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Catch of the Week – EHR Developer Greenway Health to Pay $57.25 Million to Settle FCA Allegations

Posted  February 8, 2019

Electronic health records (EHR) software developer Greenway Health LLC agreed to pay $57.25 million to resolve allegations that it committed fraud by misrepresenting to its users the capabilities of its EHR product “Prime Suite” and by providing unlawful remuneration to users to induce them to recommend Prime Suite.

Under the American Recovery and Reinvestment Act of 2009, the government made incentive payments available to eligible healthcare providers that adopted certified EHR technology and met certain requirements relating to their use of the technology. The government alleged that Greenway was aware that a 2011 version of Prime Suite did not meet government-mandated requirements for incentive payments, but that Greenway did not tell its users about its failures or do anything to bring its product into compliance. As a result, numerous users of this 2011 version of Prime Suite falsely attested that they were eligible for EHR incentive payments when, in fact, they had not met all necessary use requirements.

The government also contends that Greenway falsely obtained certification for its 2014 edition of Prime Suite when it intentionally concealed from its certifying entity that Prime Suite did not fully comply with the requirements for certification. Greenway’s product allegedly did not incorporate the standardized clinical terminology necessary to ensure the reciprocal flow of information concerning patients and the accuracy of electronic prescriptions. Greenway allegedly accomplished its deception by modifying its test-run software to deceive the company hired to certify Prime Suite into believing that it could use the requisite clinical vocabulary.

The government also alleged that Greenway violated the Anti-Kickback Statute by paying money and incentives to its client providers to recommend Prime Suite to prospective new customers.

Assistant Attorney General Jody Hunt of the Department of Justice’s Civil Division stated, “electronic health records are critically important to the health care decision process, and both patients and providers rely on these technologies to safely and accurately record and transmit vital health information…[t]his resolution demonstrates our continued commitment to…promote public health while holding accountable those who seek to abuse the government’s trust.”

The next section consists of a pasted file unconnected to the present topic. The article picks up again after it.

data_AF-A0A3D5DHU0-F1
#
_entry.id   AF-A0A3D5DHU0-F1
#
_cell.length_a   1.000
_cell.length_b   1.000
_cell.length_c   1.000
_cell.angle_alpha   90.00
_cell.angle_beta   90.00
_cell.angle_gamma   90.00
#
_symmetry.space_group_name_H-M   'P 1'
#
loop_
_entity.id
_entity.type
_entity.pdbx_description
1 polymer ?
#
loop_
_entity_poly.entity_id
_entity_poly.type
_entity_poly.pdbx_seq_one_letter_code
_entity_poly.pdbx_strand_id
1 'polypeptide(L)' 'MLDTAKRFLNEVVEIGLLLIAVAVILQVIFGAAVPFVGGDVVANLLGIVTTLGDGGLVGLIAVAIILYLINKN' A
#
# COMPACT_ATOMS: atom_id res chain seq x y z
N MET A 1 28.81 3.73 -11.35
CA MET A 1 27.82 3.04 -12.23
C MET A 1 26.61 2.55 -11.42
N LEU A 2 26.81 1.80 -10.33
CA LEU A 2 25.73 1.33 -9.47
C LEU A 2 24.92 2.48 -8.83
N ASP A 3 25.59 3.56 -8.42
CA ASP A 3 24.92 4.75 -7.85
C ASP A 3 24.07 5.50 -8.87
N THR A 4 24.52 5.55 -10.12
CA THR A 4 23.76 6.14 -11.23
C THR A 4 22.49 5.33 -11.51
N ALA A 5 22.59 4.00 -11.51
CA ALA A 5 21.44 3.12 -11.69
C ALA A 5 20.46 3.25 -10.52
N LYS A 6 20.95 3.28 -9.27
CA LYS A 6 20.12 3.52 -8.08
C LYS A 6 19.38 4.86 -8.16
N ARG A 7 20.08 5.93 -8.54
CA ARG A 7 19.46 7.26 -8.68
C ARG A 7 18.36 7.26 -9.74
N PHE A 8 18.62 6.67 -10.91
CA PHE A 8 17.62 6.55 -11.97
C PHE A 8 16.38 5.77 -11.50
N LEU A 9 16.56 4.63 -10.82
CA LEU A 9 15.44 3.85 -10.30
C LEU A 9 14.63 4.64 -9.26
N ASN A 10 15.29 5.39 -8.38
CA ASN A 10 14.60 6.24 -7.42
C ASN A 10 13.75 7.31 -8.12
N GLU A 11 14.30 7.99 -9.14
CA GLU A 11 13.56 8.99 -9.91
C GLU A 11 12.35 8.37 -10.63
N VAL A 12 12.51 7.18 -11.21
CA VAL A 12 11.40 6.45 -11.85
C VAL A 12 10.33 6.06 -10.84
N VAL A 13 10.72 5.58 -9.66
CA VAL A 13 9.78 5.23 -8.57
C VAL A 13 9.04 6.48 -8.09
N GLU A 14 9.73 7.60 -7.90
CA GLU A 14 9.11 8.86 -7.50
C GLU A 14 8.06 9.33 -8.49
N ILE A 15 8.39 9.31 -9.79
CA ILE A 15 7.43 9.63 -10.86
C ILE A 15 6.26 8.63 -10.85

United States Attorney Christina E. Nolan for the District of Vermont added, “[i]n the last two years my office has resolved two matters against leading EHR developers where we alleged significant fraudulent conduct. These are the two largest recoveries in the history of this District and represent the return of over two-hundred and twelve million dollars of fraudulently-obtained taxpayer monies…[t]his resolution demonstrates my office’s initiative and resolve to vigorously uncover and to doggedly pursue these complex cases.”

As part of the settlement, Greenway entered into a five-year Corporate Integrity Agreement requiring, among other things, that Greenway retain an Independent Review Organization to assess Greenway’s software quality control and compliance systems and to review Greenway’s arrangements with health care providers to ensure compliance with the Anti-Kickback Statute. Greenway must provide prompt notice to its customers of any patient safety related issues and maintain on its customer portal a comprehensive list of such issues and any steps users should take to mitigate potential patient safety risks. Greenway must also allow Prime Suite customers to obtain the latest versions of Prime Suite at no additional charge, the opportunity to migrate their data from Prime Suite to another Greenway-developed software product also at no additional charge, and to give Prime Suite customers the option to have Greenway transfer their data to another EHR software vendor.

The government’s settlement with Greenway is one of the largest ever against an EHR developer in FCA history. As Ms. Nolan emphasized, “EHR companies should consider themselves on notice.”

Tagged in: Anti-Kickback and Stark, Catch of the Week, Contract Non-Compliance, Electronic Health Records, FCA Federal, Healthcare Fraud,